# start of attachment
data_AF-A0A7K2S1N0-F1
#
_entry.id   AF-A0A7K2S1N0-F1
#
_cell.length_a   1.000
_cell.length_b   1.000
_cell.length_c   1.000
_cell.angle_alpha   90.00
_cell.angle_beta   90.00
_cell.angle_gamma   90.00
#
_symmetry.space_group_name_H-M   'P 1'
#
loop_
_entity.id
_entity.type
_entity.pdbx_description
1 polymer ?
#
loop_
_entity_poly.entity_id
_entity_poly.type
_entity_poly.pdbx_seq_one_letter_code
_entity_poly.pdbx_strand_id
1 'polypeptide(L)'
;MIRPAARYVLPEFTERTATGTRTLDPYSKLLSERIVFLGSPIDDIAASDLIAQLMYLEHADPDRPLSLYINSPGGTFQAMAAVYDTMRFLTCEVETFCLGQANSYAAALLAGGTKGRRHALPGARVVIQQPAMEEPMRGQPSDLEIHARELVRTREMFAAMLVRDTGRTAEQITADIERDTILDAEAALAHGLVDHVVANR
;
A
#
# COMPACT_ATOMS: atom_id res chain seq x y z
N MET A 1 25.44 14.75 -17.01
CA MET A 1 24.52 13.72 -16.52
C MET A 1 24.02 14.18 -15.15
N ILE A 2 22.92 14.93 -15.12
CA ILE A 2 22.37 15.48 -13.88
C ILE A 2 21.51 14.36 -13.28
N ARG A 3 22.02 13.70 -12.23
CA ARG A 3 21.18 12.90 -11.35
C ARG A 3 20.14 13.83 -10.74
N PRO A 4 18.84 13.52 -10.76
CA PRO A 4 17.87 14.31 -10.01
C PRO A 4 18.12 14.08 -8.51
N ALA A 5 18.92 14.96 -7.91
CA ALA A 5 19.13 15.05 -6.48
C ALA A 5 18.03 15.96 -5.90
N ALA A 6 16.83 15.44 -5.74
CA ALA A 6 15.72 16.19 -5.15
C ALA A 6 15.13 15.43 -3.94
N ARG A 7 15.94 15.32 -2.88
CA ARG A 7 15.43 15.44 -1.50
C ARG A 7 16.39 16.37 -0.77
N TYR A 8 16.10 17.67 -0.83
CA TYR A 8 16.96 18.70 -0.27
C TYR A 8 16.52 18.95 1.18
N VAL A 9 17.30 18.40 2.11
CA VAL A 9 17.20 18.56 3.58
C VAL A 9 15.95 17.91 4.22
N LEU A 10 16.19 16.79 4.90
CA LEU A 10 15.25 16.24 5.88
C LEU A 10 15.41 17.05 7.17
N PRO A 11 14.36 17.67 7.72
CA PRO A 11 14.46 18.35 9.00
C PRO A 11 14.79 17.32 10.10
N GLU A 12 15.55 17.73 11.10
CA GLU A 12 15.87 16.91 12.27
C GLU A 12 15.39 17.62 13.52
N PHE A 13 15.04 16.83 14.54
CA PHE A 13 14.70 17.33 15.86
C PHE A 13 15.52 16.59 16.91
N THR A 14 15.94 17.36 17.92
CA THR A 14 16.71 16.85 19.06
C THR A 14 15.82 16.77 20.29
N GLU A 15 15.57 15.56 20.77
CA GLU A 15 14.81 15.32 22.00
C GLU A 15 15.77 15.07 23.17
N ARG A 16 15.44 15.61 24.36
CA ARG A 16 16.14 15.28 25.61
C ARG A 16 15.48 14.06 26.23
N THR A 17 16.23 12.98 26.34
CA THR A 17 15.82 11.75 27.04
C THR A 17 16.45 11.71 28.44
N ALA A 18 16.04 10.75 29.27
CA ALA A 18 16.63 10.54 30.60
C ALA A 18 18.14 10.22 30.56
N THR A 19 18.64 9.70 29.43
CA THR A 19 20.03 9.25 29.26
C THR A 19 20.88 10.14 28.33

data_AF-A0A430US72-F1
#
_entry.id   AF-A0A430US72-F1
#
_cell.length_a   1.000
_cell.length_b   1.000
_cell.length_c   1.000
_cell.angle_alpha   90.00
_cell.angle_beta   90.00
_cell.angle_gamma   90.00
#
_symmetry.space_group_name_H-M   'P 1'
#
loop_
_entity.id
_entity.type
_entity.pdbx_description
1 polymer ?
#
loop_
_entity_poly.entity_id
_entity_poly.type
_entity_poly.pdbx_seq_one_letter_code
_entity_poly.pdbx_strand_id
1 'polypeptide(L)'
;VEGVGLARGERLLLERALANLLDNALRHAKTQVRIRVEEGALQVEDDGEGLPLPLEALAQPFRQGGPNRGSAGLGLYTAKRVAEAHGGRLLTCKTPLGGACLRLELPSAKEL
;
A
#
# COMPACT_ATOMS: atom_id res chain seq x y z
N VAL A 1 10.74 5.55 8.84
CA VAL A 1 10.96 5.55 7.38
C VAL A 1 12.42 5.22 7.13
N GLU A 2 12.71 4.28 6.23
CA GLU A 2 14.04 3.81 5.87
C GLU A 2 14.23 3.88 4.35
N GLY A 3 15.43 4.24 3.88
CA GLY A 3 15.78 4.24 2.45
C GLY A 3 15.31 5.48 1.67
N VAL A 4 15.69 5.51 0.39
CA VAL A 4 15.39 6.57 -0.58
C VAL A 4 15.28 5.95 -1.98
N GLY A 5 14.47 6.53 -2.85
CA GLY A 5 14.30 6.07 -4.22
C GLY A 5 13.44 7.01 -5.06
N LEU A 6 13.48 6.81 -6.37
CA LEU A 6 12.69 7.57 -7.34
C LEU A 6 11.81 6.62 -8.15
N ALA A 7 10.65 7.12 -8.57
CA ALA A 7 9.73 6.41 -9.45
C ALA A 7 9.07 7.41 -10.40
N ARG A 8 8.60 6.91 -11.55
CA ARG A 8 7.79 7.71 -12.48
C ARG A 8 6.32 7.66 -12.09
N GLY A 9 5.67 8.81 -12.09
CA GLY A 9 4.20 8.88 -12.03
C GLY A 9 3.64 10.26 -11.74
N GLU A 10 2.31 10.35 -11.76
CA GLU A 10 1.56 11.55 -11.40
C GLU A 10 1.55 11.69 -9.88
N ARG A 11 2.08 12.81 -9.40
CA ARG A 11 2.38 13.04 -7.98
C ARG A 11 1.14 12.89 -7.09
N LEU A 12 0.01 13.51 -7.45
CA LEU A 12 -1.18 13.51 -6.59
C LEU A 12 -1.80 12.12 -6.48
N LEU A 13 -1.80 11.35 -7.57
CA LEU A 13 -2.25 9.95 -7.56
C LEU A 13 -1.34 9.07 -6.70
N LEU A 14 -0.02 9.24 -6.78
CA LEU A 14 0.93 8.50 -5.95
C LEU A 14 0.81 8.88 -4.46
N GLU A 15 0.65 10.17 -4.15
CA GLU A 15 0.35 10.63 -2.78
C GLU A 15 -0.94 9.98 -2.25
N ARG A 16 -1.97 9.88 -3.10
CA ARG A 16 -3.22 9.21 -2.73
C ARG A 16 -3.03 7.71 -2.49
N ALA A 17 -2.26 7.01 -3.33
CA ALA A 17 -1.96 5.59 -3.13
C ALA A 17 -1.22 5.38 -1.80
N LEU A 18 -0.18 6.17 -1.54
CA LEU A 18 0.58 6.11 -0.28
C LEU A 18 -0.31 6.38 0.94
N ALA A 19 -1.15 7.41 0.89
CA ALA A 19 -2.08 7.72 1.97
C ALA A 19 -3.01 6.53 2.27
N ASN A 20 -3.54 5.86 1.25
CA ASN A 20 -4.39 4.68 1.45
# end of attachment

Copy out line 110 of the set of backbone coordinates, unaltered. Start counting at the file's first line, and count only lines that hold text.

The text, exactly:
_entity_poly.pdbx_seq_one_letter_code